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Corona Corps receives funding to expand services statewide

The Oregon Health Authority has awarded $1 million to two University of Oregon health experts to expand their innovative COVID-19 containment program statewide.

Psychology professor Jeff Measelle and Angela Long, of University Health Services, in July 2020 launched Corona Corps, a COVID-19 response effort that worked in close partnership with Lane County Public Health by enlisting students to help the county with case investigations, contact tracing efforts and case management.

The program has served the county, the UO community and the state's health authority, and has proven pivotal in addressing a range of challenges associated with COVID-19, including the emotional and practical difficulties associated with isolation and quarantining, and, more recently, vaccine hesitancy. Partners to the effort include global studies professor Dennis Galvan, dean and vice provost of the Division of Global Engagement; Lori O'Hollaren, assistant vice provost of the division; Josh Snodgrass, a professor in the Department of Anthropology; and Elly Vandegrift, program director for Global Science Education Initiatives.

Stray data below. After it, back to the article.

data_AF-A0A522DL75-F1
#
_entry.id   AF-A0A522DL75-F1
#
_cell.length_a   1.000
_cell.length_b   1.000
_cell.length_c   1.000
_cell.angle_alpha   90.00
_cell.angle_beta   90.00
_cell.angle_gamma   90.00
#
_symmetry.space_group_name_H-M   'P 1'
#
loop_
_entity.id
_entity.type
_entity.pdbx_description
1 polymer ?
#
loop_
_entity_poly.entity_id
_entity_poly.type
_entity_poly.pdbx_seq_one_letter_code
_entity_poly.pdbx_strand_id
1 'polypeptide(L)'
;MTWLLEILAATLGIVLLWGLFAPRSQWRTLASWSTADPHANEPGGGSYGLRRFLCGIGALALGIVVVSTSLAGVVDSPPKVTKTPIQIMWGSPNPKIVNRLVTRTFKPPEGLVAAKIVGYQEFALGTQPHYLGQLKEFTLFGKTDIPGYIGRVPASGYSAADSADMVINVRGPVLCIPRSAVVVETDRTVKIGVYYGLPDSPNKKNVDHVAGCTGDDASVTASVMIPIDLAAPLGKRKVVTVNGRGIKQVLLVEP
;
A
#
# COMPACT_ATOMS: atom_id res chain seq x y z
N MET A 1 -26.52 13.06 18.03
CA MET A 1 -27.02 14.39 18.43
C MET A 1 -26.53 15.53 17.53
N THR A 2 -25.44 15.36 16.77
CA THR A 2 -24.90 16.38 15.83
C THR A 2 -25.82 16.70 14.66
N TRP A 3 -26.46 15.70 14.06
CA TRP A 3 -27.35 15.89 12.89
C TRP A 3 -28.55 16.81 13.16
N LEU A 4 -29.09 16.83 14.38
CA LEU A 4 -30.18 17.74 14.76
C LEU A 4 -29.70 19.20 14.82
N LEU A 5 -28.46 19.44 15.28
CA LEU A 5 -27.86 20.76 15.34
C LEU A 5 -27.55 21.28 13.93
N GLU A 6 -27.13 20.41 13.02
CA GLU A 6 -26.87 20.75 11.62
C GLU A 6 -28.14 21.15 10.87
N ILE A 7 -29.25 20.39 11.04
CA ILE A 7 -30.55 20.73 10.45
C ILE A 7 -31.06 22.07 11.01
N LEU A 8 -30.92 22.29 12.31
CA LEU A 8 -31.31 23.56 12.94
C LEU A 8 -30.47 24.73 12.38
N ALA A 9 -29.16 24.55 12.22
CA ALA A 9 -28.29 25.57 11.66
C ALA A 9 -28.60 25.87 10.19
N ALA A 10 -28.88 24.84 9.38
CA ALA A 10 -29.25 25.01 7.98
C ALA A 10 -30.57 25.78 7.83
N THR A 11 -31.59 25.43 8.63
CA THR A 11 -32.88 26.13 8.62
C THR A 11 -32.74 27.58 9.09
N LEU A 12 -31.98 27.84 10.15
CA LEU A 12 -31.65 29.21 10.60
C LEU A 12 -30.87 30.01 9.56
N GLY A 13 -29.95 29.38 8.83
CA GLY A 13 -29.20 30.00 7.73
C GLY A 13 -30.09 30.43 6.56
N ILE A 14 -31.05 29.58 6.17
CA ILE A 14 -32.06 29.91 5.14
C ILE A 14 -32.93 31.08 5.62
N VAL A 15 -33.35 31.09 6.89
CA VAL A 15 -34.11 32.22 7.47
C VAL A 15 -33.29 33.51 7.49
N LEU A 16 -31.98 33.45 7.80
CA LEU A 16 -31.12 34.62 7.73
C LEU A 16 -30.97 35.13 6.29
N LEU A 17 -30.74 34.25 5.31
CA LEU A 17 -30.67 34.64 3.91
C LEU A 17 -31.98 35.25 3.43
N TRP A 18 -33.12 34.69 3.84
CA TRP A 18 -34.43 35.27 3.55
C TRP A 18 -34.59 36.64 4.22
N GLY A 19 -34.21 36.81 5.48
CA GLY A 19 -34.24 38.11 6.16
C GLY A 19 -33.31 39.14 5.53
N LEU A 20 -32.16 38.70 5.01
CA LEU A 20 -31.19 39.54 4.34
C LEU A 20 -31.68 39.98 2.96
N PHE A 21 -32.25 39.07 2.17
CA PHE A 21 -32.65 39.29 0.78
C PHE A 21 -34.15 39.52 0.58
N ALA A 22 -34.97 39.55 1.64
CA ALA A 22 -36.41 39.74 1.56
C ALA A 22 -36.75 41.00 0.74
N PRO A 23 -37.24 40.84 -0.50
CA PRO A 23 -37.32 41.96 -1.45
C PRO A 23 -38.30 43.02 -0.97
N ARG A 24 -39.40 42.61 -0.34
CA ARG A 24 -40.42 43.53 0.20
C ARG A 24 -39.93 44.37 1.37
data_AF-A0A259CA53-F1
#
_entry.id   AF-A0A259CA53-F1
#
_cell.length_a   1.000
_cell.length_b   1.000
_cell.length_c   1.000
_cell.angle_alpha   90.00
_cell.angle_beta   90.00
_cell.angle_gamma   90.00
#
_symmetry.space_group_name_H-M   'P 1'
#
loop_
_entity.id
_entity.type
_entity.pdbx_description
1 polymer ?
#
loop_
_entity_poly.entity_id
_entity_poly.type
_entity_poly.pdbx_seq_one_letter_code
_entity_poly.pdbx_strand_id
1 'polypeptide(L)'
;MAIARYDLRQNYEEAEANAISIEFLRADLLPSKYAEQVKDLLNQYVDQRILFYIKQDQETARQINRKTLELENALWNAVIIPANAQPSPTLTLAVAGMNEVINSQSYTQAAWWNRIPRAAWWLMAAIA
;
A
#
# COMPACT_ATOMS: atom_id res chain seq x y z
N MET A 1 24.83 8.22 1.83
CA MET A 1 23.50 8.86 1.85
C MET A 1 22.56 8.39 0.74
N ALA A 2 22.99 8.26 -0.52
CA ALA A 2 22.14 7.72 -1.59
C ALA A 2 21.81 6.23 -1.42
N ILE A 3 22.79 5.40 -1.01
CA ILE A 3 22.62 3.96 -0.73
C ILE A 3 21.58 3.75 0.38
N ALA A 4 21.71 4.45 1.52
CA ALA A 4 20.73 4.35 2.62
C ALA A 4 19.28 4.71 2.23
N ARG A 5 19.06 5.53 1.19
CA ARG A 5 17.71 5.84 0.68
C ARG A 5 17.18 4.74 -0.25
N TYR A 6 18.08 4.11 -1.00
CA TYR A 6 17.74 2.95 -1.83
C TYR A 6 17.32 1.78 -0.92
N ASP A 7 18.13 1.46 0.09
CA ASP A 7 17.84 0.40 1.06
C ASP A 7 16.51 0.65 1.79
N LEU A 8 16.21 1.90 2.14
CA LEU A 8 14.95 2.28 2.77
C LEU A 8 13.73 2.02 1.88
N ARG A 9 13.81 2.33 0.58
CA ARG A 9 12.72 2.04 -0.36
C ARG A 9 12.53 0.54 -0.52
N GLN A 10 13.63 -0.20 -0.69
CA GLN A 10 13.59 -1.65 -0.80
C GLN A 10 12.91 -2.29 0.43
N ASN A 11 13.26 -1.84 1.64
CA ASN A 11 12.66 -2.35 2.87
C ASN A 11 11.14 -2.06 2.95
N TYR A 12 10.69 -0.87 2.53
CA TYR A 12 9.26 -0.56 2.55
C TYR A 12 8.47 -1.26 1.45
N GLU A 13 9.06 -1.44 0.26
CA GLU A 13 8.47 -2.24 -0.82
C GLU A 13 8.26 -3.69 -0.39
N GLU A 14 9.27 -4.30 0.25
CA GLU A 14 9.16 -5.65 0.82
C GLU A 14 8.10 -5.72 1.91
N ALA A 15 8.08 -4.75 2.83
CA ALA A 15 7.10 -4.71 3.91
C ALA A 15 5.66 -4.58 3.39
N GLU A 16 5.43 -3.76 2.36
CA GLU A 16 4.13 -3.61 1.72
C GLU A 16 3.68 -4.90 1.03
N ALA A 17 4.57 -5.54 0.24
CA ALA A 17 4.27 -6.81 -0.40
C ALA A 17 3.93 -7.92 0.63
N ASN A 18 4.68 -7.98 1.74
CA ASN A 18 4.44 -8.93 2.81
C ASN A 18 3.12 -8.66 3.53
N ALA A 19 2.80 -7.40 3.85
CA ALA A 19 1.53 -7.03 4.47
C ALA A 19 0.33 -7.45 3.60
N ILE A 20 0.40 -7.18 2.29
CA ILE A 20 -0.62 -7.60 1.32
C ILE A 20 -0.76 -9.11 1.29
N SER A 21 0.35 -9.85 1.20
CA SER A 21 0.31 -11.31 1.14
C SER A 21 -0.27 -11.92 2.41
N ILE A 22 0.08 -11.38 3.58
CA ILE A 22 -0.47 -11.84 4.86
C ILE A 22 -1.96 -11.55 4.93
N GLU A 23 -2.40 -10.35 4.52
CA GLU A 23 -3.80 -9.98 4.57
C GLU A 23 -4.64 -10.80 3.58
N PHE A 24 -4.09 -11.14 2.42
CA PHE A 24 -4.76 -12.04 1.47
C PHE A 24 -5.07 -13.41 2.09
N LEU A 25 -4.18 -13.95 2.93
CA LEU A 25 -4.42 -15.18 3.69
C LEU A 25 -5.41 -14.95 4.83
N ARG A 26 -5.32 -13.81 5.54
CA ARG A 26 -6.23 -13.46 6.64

With the funding, the program is being renamed the Oregon Public Health Corps, with the goal of supporting the state's push to modernize its public health systems. Students will receive university training to help with concerns such as communicable disease containment, health education campaigns, and mental health support in the aftermath of public health challenges such as wildfires. Once trained, students will work in internships and practicums that are tailored to support to each community's needs.

The program also aims to strengthen public health resources in underserved communities by enlisting students from those communities, or those with the personal and educational background, to help bridge cultural and language barriers. The program will also provide communities with a scalable workforce training and programming model essential for managing a range of public health emergencies, from pandemics to wildfires to food crises and beyond.

"We're extremely excited about the opportunity to partner with the state and local communities as they modernize our public health infrastructure and redress inequities," Measelle said. "We're also deeply committed to producing the next generation of public health professionals."


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